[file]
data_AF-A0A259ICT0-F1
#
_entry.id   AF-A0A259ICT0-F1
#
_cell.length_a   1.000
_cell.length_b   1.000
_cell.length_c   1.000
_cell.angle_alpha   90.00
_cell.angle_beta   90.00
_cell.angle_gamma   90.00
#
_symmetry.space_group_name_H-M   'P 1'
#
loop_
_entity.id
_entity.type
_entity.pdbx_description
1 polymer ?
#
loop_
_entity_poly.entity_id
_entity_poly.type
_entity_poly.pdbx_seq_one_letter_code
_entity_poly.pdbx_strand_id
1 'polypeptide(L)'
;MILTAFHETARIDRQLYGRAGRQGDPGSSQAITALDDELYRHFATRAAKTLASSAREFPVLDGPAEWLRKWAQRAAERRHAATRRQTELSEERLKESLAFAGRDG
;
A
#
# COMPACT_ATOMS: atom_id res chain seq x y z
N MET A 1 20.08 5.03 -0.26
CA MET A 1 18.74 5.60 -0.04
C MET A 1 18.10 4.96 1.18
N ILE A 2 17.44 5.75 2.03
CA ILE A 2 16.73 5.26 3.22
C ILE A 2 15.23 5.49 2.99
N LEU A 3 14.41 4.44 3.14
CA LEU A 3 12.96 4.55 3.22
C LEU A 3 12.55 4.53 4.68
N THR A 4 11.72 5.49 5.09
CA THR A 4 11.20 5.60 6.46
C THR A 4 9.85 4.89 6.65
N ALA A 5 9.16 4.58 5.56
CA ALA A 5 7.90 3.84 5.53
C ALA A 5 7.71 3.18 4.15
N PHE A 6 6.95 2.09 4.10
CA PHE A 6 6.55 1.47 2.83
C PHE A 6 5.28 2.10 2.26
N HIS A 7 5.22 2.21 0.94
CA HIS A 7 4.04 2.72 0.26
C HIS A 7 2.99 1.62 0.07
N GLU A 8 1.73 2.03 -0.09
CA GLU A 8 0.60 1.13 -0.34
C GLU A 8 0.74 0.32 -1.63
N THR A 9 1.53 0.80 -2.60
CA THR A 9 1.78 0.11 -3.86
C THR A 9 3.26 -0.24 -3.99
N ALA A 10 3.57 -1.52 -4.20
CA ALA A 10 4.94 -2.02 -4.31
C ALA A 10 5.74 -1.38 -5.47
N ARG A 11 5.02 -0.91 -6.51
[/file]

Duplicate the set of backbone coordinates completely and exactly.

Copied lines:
data_AF-A0A259ICT0-F1
#
_entry.id   AF-A0A259ICT0-F1
#
_cell.length_a   1.000
_cell.length_b   1.000
_cell.length_c   1.000
_cell.angle_alpha   90.00
_cell.angle_beta   90.00
_cell.angle_gamma   90.00
#
_symmetry.space_group_name_H-M   'P 1'
#
loop_
_entity.id
_entity.type
_entity.pdbx_description
1 polymer ?
#
loop_
_entity_poly.entity_id
_entity_poly.type
_entity_poly.pdbx_seq_one_letter_code
_entity_poly.pdbx_strand_id
1 'polypeptide(L)'
;MILTAFHETARIDRQLYGRAGRQGDPGSSQAITALDDELYRHFATRAAKTLASSAREFPVLDGPAEWLRKWAQRAAERRHAATRRQTELSEERLKESLAFAGRDG
;
A
#
# COMPACT_ATOMS: atom_id res chain seq x y z
N MET A 1 20.08 5.03 -0.26
CA MET A 1 18.74 5.60 -0.04
C MET A 1 18.10 4.96 1.18
N ILE A 2 17.44 5.75 2.03
CA ILE A 2 16.73 5.26 3.22
C ILE A 2 15.23 5.49 2.99
N LEU A 3 14.41 4.44 3.14
CA LEU A 3 12.96 4.55 3.22
C LEU A 3 12.55 4.53 4.68
N THR A 4 11.72 5.49 5.09
CA THR A 4 11.20 5.60 6.46
C THR A 4 9.85 4.89 6.65
N ALA A 5 9.16 4.58 5.56
CA ALA A 5 7.90 3.84 5.53
C ALA A 5 7.71 3.18 4.15
N PHE A 6 6.95 2.09 4.10
CA PHE A 6 6.55 1.47 2.83
C PHE A 6 5.28 2.10 2.26
N HIS A 7 5.22 2.21 0.94
CA HIS A 7 4.04 2.72 0.26
C HIS A 7 2.99 1.62 0.07
N GLU A 8 1.73 2.03 -0.09
CA GLU A 8 0.60 1.13 -0.34
C GLU A 8 0.74 0.32 -1.63
N THR A 9 1.53 0.80 -2.60
CA THR A 9 1.78 0.11 -3.86
C THR A 9 3.26 -0.24 -3.99
N ALA A 10 3.57 -1.52 -4.20
CA ALA A 10 4.94 -2.02 -4.31
C ALA A 10 5.74 -1.38 -5.47
N ARG A 11 5.02 -0.91 -6.51